I lost my dad to cancer in the summer. While families were going on vacations and taking trips to the beach, I had been going through the hardest days of my life. I spent the next year often rushing to the bathroom.
Work was utterly overwhelming, guilt would pile up because of missed homework assignments, I saw “Dad” in the Favorites section of my phone and called it just to see “Calling Dad” on the screen even though I knew it was no longer in service. Whatever the reason for breaking down, I would find the nearest bathroom stall and cry. There are not many places lonelier than behind a locked door, tears streaming down, on a toilet.
I had expected to feel depressed, devastated, and traumatized, and I think that is mainly how I felt at the beginning. Yet, as the weeks passed by there was a symptom of grief that I hadn’t anticipated. Loneliness.
My husband was my constant support, but I found it hard to communicate what I needed or wanted, quite simply because I had never gone through anything like this in my life. I would often hold in how I was feeling around him because he wanted so much to see me happy. We had not even been married a year when my dad passed away.
Being around people was exhausting because I didn’t have the energy to be my normal self, and I didn’t want to. My normal self would smile a lot, ask people lots of questions, and be engaged in whatever activity we were doing. Now I didn’t want to do any of those things. I wanted to be around people because I was miserable by myself, but when out and about, I would often find myself wishing I could leave.
My spirituality was at an all-time low. Every time I tried to pray I would end up crying, and I was so tired of crying. It was because I couldn’t hide from God. I could hide in a bathroom stall; I could hold my thoughts and tears in from others, but the second I tried to pray my façade would break. I knew he knew how bad I was doing. So I avoided praying and going to church.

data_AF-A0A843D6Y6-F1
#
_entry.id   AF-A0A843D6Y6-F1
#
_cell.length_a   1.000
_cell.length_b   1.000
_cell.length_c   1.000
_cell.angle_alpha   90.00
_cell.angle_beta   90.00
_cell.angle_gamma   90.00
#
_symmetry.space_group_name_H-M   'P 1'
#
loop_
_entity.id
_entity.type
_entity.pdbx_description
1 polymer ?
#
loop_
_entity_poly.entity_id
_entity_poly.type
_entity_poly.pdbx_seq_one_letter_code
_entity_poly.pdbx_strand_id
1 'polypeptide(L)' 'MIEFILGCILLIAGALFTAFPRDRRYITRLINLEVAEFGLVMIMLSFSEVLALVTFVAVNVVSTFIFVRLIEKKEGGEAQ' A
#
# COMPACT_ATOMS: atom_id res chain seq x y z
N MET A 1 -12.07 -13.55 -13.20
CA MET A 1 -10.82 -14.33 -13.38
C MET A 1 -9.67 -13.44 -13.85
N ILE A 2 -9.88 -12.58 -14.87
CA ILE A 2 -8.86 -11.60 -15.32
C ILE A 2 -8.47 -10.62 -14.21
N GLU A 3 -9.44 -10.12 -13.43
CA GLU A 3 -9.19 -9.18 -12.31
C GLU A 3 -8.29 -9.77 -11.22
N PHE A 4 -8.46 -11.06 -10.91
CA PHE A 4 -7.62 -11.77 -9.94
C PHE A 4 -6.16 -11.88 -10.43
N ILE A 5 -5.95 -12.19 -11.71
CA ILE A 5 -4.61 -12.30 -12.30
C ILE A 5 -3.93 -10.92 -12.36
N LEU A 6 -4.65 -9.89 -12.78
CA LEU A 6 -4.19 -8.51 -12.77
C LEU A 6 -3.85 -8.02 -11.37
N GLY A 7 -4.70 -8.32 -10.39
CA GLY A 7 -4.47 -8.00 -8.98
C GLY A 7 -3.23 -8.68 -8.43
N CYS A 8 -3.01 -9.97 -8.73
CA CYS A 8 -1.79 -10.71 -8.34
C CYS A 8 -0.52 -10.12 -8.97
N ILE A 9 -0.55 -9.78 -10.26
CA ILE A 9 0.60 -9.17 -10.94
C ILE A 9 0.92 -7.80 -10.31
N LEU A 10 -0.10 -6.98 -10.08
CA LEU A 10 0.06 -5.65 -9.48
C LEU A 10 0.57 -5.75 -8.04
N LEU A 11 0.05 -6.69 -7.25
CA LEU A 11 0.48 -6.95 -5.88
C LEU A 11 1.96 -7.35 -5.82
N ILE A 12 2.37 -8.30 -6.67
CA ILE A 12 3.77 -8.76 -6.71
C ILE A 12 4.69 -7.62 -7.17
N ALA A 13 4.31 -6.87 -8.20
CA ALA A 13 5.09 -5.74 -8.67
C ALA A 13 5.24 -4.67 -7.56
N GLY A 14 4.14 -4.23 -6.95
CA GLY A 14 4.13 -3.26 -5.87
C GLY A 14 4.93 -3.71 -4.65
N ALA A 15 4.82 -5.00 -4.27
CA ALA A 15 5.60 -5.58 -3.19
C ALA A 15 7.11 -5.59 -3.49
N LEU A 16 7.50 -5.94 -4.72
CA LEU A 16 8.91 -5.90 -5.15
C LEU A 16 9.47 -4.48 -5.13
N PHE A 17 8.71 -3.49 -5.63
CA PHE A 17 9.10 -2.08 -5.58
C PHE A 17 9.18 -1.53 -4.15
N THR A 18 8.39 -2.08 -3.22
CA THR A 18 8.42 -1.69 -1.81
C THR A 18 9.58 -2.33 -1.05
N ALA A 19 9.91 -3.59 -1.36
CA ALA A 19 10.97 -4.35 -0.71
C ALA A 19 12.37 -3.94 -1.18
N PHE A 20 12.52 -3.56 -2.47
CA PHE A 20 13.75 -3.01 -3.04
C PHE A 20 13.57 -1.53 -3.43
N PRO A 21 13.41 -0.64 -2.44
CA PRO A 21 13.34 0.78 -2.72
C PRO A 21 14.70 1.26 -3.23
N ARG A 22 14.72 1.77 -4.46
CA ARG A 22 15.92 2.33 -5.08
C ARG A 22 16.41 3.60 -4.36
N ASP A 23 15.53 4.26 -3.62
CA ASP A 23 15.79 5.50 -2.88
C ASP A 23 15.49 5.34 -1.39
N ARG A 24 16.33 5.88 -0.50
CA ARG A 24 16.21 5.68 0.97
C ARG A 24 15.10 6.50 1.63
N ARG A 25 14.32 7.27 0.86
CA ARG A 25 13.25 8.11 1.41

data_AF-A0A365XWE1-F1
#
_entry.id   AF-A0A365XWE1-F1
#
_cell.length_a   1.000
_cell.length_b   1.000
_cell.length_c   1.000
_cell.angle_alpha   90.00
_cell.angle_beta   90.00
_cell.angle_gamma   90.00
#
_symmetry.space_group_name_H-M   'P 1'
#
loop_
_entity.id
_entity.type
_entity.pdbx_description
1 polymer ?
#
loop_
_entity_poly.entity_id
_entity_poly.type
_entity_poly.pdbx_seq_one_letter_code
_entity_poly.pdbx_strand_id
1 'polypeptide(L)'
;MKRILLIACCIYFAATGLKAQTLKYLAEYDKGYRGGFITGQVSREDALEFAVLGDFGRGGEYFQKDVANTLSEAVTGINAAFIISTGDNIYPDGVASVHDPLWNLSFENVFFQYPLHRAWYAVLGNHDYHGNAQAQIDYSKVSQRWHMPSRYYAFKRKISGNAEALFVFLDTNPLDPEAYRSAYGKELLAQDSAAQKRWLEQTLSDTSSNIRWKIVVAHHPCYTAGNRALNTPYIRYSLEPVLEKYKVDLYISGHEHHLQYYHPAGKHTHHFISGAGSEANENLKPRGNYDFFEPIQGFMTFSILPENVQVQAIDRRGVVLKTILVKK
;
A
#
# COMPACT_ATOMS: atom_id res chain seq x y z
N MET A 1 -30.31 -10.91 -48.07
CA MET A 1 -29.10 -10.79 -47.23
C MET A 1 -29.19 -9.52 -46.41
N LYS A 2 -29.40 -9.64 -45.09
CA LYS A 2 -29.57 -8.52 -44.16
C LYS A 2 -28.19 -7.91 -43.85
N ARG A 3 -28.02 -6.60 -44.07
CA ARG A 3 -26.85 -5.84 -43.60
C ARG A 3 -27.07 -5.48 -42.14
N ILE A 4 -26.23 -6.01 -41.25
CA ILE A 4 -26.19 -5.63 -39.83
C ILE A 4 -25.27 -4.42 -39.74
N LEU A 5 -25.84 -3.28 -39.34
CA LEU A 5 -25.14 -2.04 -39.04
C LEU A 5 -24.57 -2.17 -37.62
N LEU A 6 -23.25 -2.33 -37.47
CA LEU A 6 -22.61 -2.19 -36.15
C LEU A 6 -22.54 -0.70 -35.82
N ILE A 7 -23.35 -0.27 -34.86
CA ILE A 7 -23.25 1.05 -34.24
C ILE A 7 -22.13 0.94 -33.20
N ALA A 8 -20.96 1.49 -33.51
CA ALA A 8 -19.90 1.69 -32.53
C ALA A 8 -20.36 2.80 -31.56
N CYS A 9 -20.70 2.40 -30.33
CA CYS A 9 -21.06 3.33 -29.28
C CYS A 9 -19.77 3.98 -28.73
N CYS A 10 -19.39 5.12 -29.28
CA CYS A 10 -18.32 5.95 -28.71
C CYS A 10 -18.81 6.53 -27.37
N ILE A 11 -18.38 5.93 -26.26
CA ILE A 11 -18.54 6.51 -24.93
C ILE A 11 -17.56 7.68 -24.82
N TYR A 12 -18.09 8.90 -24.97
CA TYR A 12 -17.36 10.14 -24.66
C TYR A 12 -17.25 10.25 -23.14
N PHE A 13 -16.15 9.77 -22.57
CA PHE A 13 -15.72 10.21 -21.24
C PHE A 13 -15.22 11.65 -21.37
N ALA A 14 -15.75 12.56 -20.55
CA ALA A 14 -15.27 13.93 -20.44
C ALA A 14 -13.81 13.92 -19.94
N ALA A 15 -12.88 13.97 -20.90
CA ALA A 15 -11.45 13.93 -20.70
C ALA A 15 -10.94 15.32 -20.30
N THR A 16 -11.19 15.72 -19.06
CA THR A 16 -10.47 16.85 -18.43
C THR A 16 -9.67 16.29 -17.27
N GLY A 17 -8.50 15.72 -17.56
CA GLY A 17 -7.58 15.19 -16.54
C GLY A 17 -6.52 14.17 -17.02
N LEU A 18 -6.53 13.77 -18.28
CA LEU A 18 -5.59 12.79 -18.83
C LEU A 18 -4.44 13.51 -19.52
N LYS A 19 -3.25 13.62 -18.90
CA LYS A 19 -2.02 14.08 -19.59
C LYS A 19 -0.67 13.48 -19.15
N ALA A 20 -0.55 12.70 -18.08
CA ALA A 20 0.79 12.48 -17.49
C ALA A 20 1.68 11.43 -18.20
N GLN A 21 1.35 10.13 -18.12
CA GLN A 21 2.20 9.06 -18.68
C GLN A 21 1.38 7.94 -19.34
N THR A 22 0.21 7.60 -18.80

Do you know what the first problem is in the Bible? It’s loneliness.
During creation God had said “it was good” over and over about everything he had created. Yet, after creating Adam he realized something. In Genesis 2:18 God said, “It is not good for man to be alone.” Adam had everything and yet God realized that if you have everything, but do not have someone to share it with, it is not good.
I quote this text to make the point that loneliness is not a small problem. God himself realized it’s effect. Yet, here’s the irony—most of us are surrounded by people, and many times people who love us. So why do we so often feel alone during our pain?
I believe there are many correct answers to this question, and I am going to supply the answer that I believe rings true for me in dealing with the loneliness of my grief.
Grief is inexplicably lonely because our society encourages us, whether overtly or subliminally, to “move on” faster than we can, causing us to pretend that we are all right when we are not, refrain from saying what we need to be honest about how we’re feeling, and to run to bathroom stalls to cry alone.